No one can stop talking about Epic Store exclusives. With Valve and Steam losing its grasp on its PC gaming monopoly, a lot of folks are quite upset that they’re having to download a new digital storefront in order to play Borderlands 3 and Ooblets. While there ostensibly doesn’t seem like much of a difference between playing a game on Steam and playing one on Epic, people cannot stand it when another developer signs an exclusivity deal with Fortnite‘s creators. Sometimes we wonder if there will ever come a time when the Epic Wars will end.
The GameRevolution team discussed our thoughts on Epic Store exclusives below, and as always, you can leave your responses in the comments section. We’ll feature our favorite comment.
Paul Tamburro, executive editor: “Gaming industry controversies are like a rotisserie chicken cooked by a piss-poor chef. At first, the chicken looks reasonable and safe to eat. But then the chef keeps rotating the thing until it gets burned, becoming progressively more inedible until only weirdos would actively want to eat it. Then people start sending the chicken death threats. I admit that this metaphor has gotten away from me, but this Epic Store exclusivity controversy is dumb. Just like that chef and his dumb chicken.”
Jason Faulkner, senior editor: “The only issue I have with Epic Games Store exclusives is when games have already advertised as being available on Steam/GoG/Whatever in advance. The is especially true with crowdfunded games. I don’t particularly care which digital storefront my PC games are on, but for some people that’s a big deal and if they donated money partially based on the assumption they can get the game on Steam then it’s kind of crappy for them to become an Epic Store exclusive. Sure, they get some cash from Epic, and most if not all have offered refunds for those upset with the move, but I think it’s just a symptom of a larger social issue. It seems like nowadays if a business goes back on its word or changes plans with a product that it can just issue refunds and if you’re not happy with that you’re just a jerk.
“Studios haven’t done the best job communicating with their audience following the move to Epic Games exclusivity either. The latest controversy with Ooblets shows this perfectly. Glumberland’s blog post where the move to the Epic Game Store is discussed is a real quirky read. For an outside observer it just reads as awkward hipster, and I think it’s meant to be cute and personable. If you’re part of the PC gaming community, whose most vocal elements seem to be vehemently opposed to Epic exclusivity, it could easily come off as condescending and dismissive. As a result, the developer claims that they’ve received thousands of hateful messages. There’s no justification for being cruel to people, regardless of how upset you are. However, I can understand why people are upset. Moreso than people seeing Epic Store exclusivity as anti-competitive, I think it comes off as devs are selling out. Unfortunately, game development isn’t like the music business though. You can’t expect a studio to live in a van and do it “for the gamers” or whatever. Especially for smaller studios like Glumberland, Epic Games is offering a lifeline that might mean the difference between success and failure. I guess the real issue here is whether Epic’s promise of funding and increased profits is predatory or not.”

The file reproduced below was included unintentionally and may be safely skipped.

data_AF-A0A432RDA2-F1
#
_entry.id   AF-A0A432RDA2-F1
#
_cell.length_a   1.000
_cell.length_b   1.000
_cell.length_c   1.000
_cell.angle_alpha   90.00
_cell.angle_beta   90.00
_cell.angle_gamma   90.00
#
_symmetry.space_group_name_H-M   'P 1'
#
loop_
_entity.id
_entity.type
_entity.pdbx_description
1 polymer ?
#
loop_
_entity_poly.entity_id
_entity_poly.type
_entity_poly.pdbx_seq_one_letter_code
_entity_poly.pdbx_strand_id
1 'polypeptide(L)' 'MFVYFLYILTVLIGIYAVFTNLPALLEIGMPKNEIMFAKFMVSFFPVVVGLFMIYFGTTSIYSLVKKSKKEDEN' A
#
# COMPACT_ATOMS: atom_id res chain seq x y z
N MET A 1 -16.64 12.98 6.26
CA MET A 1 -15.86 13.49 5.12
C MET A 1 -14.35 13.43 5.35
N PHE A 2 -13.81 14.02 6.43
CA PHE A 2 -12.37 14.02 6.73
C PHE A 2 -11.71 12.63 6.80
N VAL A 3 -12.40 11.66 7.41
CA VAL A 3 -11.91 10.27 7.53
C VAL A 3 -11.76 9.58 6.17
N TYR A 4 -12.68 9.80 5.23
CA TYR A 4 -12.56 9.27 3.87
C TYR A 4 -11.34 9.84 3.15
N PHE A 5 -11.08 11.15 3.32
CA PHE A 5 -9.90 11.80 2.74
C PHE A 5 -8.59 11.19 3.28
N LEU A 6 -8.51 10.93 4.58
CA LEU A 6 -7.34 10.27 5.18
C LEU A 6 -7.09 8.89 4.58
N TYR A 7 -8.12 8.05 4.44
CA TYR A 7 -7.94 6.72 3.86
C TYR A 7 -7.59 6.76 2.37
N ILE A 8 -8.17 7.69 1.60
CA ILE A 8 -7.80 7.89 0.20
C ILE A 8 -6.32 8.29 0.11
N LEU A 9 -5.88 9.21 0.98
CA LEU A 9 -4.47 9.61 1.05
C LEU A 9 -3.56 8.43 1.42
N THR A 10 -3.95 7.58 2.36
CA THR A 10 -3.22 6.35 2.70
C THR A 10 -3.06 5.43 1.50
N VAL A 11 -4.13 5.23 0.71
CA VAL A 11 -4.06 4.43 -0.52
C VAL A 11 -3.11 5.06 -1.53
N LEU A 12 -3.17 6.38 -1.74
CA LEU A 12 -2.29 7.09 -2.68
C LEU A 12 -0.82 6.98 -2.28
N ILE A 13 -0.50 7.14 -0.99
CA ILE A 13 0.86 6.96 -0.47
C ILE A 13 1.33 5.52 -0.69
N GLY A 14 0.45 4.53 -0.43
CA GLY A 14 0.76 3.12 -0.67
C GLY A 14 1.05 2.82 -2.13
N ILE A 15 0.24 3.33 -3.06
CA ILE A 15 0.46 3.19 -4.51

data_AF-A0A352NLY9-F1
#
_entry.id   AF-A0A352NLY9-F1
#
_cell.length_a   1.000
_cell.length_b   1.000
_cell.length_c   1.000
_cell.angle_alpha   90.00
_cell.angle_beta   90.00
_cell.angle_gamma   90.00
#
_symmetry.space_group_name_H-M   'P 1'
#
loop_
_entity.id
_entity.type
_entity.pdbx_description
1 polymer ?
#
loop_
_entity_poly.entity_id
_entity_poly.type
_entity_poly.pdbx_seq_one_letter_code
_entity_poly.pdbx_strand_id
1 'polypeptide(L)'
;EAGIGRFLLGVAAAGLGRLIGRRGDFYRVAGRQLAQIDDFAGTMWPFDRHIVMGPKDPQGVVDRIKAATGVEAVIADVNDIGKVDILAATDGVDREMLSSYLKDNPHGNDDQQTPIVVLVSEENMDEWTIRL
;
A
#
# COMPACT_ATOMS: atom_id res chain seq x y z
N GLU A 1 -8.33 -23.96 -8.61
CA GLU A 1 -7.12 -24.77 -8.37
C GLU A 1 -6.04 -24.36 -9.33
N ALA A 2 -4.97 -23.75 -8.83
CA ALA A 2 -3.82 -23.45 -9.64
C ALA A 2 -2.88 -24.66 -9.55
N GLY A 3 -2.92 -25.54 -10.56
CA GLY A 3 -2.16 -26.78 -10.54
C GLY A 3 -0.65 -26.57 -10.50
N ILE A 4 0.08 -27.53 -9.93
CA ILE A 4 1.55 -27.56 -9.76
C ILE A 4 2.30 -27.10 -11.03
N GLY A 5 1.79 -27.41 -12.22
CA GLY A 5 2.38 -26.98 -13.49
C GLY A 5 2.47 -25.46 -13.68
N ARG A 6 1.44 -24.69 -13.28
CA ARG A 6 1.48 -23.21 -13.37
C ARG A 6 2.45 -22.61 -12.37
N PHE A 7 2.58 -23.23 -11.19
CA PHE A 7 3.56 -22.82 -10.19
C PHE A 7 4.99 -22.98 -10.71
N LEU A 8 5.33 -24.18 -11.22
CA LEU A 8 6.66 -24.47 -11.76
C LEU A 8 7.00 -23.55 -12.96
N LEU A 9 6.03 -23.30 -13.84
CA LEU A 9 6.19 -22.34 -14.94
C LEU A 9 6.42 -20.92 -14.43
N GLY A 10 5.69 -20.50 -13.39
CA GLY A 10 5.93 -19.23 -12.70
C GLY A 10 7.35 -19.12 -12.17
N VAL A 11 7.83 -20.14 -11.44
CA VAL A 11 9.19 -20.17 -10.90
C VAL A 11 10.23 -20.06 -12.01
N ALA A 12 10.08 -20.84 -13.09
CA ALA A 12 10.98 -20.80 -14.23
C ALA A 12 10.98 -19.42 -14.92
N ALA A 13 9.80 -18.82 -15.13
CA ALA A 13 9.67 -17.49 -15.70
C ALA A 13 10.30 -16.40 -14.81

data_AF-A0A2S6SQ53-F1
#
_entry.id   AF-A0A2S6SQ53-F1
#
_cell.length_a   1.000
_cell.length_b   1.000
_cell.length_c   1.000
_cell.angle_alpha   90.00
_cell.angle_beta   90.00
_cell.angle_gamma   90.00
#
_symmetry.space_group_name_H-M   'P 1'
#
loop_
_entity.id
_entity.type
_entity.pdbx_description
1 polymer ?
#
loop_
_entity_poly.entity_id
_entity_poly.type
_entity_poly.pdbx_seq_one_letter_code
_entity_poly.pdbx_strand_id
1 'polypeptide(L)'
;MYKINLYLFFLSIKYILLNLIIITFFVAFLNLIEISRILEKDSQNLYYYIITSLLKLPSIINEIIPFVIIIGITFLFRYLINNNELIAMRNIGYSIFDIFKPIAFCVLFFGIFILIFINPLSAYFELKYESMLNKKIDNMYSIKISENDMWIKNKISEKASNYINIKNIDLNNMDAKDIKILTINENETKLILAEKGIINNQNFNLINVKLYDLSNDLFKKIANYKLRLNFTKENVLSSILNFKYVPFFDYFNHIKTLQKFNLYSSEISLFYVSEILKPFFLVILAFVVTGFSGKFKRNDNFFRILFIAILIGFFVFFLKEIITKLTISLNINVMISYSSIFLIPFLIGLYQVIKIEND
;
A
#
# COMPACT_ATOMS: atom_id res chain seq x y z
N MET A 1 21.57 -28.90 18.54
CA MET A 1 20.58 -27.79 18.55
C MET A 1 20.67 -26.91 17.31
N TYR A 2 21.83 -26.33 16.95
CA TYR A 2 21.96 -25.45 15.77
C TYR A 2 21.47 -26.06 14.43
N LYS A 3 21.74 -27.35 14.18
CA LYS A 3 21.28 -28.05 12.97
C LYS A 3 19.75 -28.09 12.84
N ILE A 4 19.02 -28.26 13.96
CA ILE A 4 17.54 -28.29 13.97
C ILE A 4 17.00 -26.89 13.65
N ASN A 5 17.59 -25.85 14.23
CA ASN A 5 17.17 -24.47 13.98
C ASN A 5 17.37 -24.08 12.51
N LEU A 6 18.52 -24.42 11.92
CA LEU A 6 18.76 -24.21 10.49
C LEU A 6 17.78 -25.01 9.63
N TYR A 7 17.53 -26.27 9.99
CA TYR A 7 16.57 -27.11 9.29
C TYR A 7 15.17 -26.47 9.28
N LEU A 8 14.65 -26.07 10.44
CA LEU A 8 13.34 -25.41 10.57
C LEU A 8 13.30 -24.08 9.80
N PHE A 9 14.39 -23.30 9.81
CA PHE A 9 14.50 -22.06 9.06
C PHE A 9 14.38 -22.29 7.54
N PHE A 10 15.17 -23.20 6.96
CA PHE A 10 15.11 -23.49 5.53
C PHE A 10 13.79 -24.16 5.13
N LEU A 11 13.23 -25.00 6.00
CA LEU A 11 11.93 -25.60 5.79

Mack Ashworth, lead editor: “I don’t mind Epic Games Store exclusives. I don’t have any major problems with the storefront, especially when I’m already used to dealing with the not-so-great Uplay and Origin. If developers can cut a better deal and earn more money from Epic, then good for them. It’s still a PC game on the PC platform, with no wildly offensive DRM. I’m good with that!”
Michael Leri, features editor: “I can see the arguments against Epic Store exclusives because of how the store isn’t as robust as Steam but the hate against them has been so overblown and downright shameful. Launchers are free as opposed to full consoles and something that should just be a tad frustrating at worst has been turned into this war full of hate, death threats, and subreddits full of angry internet men.
“The response from the Ooblets team may have been too sarcastic for some, but they did a did a great job on laying out why they did it, how it will help them be more secure, and how fewer store features shouldn’t elicit the sort of nasty responses developers get when going down the Epic path. Security is hard to come by in this industry and it’s hard to knock them for wanting to stay afloat, especially when that just means using another launcher for a period of time on the same platform.”